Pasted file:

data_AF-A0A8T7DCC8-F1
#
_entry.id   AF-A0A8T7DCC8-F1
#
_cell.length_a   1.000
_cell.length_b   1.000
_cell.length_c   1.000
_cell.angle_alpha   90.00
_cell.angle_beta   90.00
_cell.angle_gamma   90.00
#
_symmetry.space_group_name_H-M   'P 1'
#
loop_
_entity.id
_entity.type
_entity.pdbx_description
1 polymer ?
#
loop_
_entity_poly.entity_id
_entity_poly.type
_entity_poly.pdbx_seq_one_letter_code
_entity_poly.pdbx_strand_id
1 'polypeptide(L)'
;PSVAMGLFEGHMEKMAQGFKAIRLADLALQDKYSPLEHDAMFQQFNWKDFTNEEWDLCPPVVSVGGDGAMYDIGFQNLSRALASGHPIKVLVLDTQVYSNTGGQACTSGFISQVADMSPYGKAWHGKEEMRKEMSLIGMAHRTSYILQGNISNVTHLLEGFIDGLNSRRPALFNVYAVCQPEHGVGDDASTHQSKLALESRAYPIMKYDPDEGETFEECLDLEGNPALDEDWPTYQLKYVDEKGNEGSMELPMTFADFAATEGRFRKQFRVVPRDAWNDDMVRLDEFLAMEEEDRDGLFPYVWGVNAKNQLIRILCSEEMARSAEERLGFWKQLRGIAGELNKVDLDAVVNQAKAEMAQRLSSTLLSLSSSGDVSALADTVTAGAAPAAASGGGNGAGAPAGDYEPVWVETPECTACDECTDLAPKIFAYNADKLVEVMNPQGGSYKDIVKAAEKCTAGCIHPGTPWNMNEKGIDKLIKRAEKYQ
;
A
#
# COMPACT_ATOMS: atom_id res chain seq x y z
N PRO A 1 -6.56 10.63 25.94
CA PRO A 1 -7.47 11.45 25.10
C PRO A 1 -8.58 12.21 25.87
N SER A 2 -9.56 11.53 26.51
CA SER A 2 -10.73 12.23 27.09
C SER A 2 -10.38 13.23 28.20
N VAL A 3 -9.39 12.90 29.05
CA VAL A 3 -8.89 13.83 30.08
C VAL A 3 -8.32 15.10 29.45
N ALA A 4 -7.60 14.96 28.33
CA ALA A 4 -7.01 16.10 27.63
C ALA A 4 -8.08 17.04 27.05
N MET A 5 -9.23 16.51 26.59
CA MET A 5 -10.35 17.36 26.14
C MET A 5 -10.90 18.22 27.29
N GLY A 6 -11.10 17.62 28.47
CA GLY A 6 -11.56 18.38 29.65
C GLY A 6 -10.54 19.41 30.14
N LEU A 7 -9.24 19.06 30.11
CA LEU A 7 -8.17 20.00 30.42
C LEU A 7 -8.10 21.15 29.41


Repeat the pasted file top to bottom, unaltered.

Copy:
data_AF-A0A8T7DCC8-F1
#
_entry.id   AF-A0A8T7DCC8-F1
#
_cell.length_a   1.000
_cell.length_b   1.000
_cell.length_c   1.000
_cell.angle_alpha   90.00
_cell.angle_beta   90.00
_cell.angle_gamma   90.00
#
_symmetry.space_group_name_H-M   'P 1'
#
loop_
_entity.id
_entity.type
_entity.pdbx_description
1 polymer ?
#
loop_
_entity_poly.entity_id
_entity_poly.type
_entity_poly.pdbx_seq_one_letter_code
_entity_poly.pdbx_strand_id
1 'polypeptide(L)'
;PSVAMGLFEGHMEKMAQGFKAIRLADLALQDKYSPLEHDAMFQQFNWKDFTNEEWDLCPPVVSVGGDGAMYDIGFQNLSRALASGHPIKVLVLDTQVYSNTGGQACTSGFISQVADMSPYGKAWHGKEEMRKEMSLIGMAHRTSYILQGNISNVTHLLEGFIDGLNSRRPALFNVYAVCQPEHGVGDDASTHQSKLALESRAYPIMKYDPDEGETFEECLDLEGNPALDEDWPTYQLKYVDEKGNEGSMELPMTFADFAATEGRFRKQFRVVPRDAWNDDMVRLDEFLAMEEEDRDGLFPYVWGVNAKNQLIRILCSEEMARSAEERLGFWKQLRGIAGELNKVDLDAVVNQAKAEMAQRLSSTLLSLSSSGDVSALADTVTAGAAPAAASGGGNGAGAPAGDYEPVWVETPECTACDECTDLAPKIFAYNADKLVEVMNPQGGSYKDIVKAAEKCTAGCIHPGTPWNMNEKGIDKLIKRAEKYQ
;
A
#
# COMPACT_ATOMS: atom_id res chain seq x y z
N PRO A 1 -6.56 10.63 25.94
CA PRO A 1 -7.47 11.45 25.10
C PRO A 1 -8.58 12.21 25.87
N SER A 2 -9.56 11.53 26.51
CA SER A 2 -10.73 12.23 27.09
C SER A 2 -10.38 13.23 28.20
N VAL A 3 -9.39 12.90 29.05
CA VAL A 3 -8.89 13.83 30.08
C VAL A 3 -8.32 15.10 29.45
N ALA A 4 -7.60 14.96 28.33
CA ALA A 4 -7.01 16.10 27.63
C ALA A 4 -8.08 17.04 27.05
N MET A 5 -9.23 16.51 26.59
CA MET A 5 -10.35 17.36 26.14
C MET A 5 -10.90 18.22 27.29
N GLY A 6 -11.10 17.62 28.47
CA GLY A 6 -11.56 18.38 29.65
C GLY A 6 -10.54 19.41 30.14
N LEU A 7 -9.24 19.06 30.11
CA LEU A 7 -8.17 20.00 30.42
C LEU A 7 -8.10 21.15 29.41